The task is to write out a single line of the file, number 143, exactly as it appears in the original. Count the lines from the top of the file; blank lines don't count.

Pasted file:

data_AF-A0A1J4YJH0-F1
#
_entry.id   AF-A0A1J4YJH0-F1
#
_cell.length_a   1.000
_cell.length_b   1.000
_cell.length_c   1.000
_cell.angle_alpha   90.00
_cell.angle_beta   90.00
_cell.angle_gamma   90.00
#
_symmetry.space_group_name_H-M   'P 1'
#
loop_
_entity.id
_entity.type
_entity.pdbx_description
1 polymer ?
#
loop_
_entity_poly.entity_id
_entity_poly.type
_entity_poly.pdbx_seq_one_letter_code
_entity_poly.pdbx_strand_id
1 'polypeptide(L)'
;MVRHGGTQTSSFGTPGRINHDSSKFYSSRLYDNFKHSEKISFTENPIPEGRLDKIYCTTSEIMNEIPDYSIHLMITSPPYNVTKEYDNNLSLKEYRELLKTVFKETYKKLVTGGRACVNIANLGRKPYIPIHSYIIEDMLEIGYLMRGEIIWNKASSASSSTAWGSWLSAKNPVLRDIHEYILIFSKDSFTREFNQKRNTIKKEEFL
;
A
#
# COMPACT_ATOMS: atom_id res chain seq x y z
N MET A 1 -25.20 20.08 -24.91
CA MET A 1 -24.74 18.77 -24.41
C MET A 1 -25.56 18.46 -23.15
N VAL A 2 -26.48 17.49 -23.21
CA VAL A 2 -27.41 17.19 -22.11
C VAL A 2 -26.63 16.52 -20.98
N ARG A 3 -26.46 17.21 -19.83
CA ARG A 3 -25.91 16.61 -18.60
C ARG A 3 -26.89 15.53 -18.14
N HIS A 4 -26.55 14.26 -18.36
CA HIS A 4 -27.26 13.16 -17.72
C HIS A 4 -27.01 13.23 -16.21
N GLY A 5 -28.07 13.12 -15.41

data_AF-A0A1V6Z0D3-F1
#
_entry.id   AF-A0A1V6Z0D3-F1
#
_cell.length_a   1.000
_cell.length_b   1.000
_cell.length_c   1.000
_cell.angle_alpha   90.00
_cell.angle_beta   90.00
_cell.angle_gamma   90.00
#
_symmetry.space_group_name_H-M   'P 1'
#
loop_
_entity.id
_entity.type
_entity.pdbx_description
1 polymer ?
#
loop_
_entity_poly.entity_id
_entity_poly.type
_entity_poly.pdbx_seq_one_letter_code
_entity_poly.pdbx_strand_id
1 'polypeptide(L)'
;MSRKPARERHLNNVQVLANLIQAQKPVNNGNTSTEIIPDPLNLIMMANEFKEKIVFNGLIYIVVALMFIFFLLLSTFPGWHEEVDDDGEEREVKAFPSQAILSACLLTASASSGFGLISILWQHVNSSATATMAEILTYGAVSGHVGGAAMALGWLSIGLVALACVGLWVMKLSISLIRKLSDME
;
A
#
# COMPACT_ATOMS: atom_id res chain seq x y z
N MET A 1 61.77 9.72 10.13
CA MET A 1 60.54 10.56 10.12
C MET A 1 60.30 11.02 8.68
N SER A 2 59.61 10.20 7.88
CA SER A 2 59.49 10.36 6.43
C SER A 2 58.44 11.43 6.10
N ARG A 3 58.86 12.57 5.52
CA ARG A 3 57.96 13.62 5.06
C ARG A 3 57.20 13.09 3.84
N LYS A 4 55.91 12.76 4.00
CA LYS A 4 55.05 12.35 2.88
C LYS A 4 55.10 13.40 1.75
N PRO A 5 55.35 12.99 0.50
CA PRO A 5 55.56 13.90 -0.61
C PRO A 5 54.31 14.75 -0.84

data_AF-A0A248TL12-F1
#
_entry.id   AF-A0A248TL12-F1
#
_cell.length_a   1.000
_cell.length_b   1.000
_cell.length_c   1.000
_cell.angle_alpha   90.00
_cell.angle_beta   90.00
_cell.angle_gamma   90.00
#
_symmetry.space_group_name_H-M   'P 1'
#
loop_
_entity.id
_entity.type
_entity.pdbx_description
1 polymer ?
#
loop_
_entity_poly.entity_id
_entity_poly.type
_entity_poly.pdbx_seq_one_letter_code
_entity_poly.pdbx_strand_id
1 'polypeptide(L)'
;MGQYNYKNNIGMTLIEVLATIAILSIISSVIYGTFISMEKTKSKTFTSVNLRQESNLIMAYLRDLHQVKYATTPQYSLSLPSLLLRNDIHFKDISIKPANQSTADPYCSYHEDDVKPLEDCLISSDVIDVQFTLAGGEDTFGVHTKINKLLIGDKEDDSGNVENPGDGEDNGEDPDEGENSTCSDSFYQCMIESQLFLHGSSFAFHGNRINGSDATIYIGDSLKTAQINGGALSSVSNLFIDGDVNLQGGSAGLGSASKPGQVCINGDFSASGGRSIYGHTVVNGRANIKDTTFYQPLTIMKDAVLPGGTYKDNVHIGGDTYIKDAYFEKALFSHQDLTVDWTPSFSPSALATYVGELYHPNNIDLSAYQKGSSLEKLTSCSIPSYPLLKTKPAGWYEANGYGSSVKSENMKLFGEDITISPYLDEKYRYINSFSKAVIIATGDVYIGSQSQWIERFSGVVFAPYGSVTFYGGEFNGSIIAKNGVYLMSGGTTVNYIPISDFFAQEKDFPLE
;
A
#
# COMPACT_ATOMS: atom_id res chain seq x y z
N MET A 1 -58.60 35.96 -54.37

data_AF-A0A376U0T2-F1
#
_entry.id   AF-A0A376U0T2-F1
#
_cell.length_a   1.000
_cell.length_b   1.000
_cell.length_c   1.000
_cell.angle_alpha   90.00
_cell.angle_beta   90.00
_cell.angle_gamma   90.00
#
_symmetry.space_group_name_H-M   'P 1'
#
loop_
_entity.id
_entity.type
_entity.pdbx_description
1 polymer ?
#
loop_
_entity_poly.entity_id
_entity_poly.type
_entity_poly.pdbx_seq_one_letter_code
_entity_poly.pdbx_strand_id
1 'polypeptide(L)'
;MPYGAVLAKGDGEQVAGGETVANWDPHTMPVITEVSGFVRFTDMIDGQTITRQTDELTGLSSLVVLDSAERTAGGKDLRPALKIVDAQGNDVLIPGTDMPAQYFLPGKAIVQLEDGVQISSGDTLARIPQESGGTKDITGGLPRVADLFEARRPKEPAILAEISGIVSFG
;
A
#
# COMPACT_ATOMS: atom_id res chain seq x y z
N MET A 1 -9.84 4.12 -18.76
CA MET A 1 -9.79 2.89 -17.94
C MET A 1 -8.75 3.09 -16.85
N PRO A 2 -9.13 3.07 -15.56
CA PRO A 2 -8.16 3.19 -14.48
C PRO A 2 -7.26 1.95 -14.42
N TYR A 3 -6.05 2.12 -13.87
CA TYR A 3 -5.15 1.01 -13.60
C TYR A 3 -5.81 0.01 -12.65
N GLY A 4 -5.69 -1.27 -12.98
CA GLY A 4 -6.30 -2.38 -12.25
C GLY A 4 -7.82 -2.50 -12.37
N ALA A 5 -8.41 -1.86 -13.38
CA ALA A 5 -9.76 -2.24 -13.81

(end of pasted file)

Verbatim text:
_entity_poly.pdbx_strand_id